Salt exacerbates the negative health effects of high blood sugar, researchers say. (pixhook/Getty Images)

Salt exacerbates the negative health effects of high blood sugar, researchers say. (pixhook/Getty Images)

High-salt diets pose all types of health problems, but new research says that the sodium may be especially dangerous for people living with type 2 diabetes.

A new study published in the Endocrine Society’s Journal of Clinical Endocrinology & Metabolism, explains that eating a diet with loads of salt doubles the risk of people with type 2 diabetes developing cardiovascular disease.

The information is of critical importance to the health of black women because we are already at high risk for both diseases. One in four African-American women over 55 is diabetic and more than 46 percent of us have heart disease.

“The study’s findings provide clear scientific evidence supporting low-sodium diets to reduce the rate of heart disease among people with diabetes,” said the study’s first author, Chika Horikawa, RD, MSc, CDE, of the University of Niigata Prefecture in Niigata, Japan. “This study is among the first large studies to demonstrate the benefits of a low-sodium diet in this population.”

The study surveyed 1,588 people, between the ages of 40 and 70, who have diabetes. They were asked about sodium intake and the researchers assessed their cardiovascular health.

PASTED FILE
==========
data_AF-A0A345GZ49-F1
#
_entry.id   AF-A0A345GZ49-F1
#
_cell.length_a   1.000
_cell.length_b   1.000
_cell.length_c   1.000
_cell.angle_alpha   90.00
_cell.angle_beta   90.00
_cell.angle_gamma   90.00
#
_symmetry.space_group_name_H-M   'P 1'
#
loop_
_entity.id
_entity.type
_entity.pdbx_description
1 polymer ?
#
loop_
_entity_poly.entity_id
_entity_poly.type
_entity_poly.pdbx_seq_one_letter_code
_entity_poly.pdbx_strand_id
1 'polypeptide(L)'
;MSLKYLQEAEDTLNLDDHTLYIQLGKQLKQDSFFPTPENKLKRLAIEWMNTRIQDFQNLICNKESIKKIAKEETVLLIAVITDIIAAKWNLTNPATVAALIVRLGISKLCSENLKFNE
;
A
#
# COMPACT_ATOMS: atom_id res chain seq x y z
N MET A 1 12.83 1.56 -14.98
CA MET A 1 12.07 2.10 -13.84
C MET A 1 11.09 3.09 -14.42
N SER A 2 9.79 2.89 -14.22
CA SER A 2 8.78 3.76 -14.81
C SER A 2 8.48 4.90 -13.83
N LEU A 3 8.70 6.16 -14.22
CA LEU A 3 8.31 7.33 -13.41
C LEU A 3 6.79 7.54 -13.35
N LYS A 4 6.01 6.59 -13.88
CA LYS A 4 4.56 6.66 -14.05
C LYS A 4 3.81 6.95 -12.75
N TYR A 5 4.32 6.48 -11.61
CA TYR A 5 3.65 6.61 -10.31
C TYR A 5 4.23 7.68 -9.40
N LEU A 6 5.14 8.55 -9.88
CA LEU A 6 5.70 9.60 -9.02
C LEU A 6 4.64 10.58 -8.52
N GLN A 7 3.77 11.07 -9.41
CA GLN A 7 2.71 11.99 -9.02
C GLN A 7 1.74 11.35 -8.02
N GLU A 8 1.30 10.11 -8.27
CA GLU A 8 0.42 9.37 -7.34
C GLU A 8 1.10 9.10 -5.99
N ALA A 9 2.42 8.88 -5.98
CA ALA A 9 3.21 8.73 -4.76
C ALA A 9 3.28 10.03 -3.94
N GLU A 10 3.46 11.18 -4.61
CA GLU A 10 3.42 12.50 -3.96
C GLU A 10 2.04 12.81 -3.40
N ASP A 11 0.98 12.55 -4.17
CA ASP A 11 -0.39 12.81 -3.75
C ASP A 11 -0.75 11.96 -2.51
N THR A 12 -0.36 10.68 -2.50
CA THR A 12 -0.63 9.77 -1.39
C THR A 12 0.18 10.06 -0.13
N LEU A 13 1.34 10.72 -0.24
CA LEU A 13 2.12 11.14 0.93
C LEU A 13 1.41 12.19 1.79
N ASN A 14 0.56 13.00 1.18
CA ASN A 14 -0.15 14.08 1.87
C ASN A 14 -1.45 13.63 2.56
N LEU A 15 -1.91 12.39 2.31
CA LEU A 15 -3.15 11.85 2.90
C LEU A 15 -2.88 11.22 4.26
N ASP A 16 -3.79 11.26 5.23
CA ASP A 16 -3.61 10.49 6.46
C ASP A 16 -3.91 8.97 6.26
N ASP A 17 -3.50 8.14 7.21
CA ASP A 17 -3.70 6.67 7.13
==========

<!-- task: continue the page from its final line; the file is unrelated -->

Study participants were divided into four groups based on their sodium intake. People who ate an average of 5.9 grams of sodium daily (more than two teaspoons of salt,

Yogurt May Lower Blood Pressure

(Sarka Babicka/Getty Images)

(Sarka Babicka/Getty Images)

Probiotic foods, such as yogurt, soft cheese and miso soup, appear to lower blood pressure, according to a review published in the journal Hypertension.

The researchers found that on average, probiotics lowered systolic blood pressure (the top number) by 3.56 mm Hg and diastolic blood pressure (the bottom number) by 2.38 mm Hg, compared to a placebo.


nearly a tablespoon) had double the risk of developing cardiovascular disease when compared to the group who only ate an average of 2.8 grams of sodium daily (about two teaspoons).

The researchers explained that salt exacerbates the negative health effects of high blood sugar.

How to Cut the Salt

It’s easy to eat too much sodium, especially if you eat in restaurants (there’s probably tons of salt in your favorite entrée) or fill up on processed foods. Here are a few tips for reducing your intake:

▪ Work with your waiter. Restaurants seldom reveal the salt content of prepared dishes, so let the waiter know you are on a low-sodium diet before you order. Ask for low-sodium recommendations or request that your meal be prepared without added salt. This can be tricky if there’s a sauce, so you might also request sauces and dressings on the side to control what you eat.

▪ Shake the shaker. Take the salt shaker off the dining room table. Eat your meals without adding salt.

▪ Get Spicy. Use herbs and spices to add flavor to food, not salt. Gently roast dried herbs and some spices to release their aromatic oils and enhance the flavor. It just takes a few seconds in a heavy, hot pan. Once the scent fills the air, the spice is ready to add to your favorite recipe.

▪ Shop Smart. Buy fresh foods or look for foods that say “no salt added.” Read the labels on everything you pick up to check for sodium content. Be particularly aware of soups, stews, sauces, cured meats and some brands of frozen dinners.